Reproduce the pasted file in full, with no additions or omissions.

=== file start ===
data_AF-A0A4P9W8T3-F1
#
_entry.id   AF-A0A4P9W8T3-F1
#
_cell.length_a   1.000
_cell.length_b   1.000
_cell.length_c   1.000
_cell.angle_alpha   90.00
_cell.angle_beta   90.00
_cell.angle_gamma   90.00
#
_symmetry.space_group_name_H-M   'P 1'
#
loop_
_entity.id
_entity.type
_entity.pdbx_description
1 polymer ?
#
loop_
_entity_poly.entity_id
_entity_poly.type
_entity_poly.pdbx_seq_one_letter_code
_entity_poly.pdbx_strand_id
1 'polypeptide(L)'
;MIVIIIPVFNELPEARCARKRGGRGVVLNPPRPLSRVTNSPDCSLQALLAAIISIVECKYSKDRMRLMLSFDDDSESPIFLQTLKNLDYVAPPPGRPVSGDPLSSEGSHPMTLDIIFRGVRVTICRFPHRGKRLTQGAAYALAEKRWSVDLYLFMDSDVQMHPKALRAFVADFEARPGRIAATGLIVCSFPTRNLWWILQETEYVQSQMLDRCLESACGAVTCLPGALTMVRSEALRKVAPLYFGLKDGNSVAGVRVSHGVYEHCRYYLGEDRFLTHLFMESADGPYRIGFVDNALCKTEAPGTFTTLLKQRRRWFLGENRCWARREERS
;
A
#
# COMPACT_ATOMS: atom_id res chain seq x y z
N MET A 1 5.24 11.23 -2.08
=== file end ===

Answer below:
data_AF-A0A4P9W8T3-F1
#
_entry.id   AF-A0A4P9W8T3-F1
#
_cell.length_a   1.000
_cell.length_b   1.000
_cell.length_c   1.000
_cell.angle_alpha   90.00
_cell.angle_beta   90.00
_cell.angle_gamma   90.00
#
_symmetry.space_group_name_H-M   'P 1'
#
loop_
_entity.id
_entity.type
_entity.pdbx_description
1 polymer ?
#
loop_
_entity_poly.entity_id
_entity_poly.type
_entity_poly.pdbx_seq_one_letter_code
_entity_poly.pdbx_strand_id
1 'polypeptide(L)'
;MIVIIIPVFNELPEARCARKRGGRGVVLNPPRPLSRVTNSPDCSLQALLAAIISIVECKYSKDRMRLMLSFDDDSESPIFLQTLKNLDYVAPPPGRPVSGDPLSSEGSHPMTLDIIFRGVRVTICRFPHRGKRLTQGAAYALAEKRWSVDLYLFMDSDVQMHPKALRAFVADFEARPGRIAATGLIVCSFPTRNLWWILQETEYVQSQMLDRCLESACGAVTCLPGALTMVRSEALRKVAPLYFGLKDGNSVAGVRVSHGVYEHCRYYLGEDRFLTHLFMESADGPYRIGFVDNALCKTEAPGTFTTLLKQRRRWFLGENRCWARREERS
;
A
#
# COMPACT_ATOMS: atom_id res chain seq x y z
N MET A 1 5.24 11.23 -2.08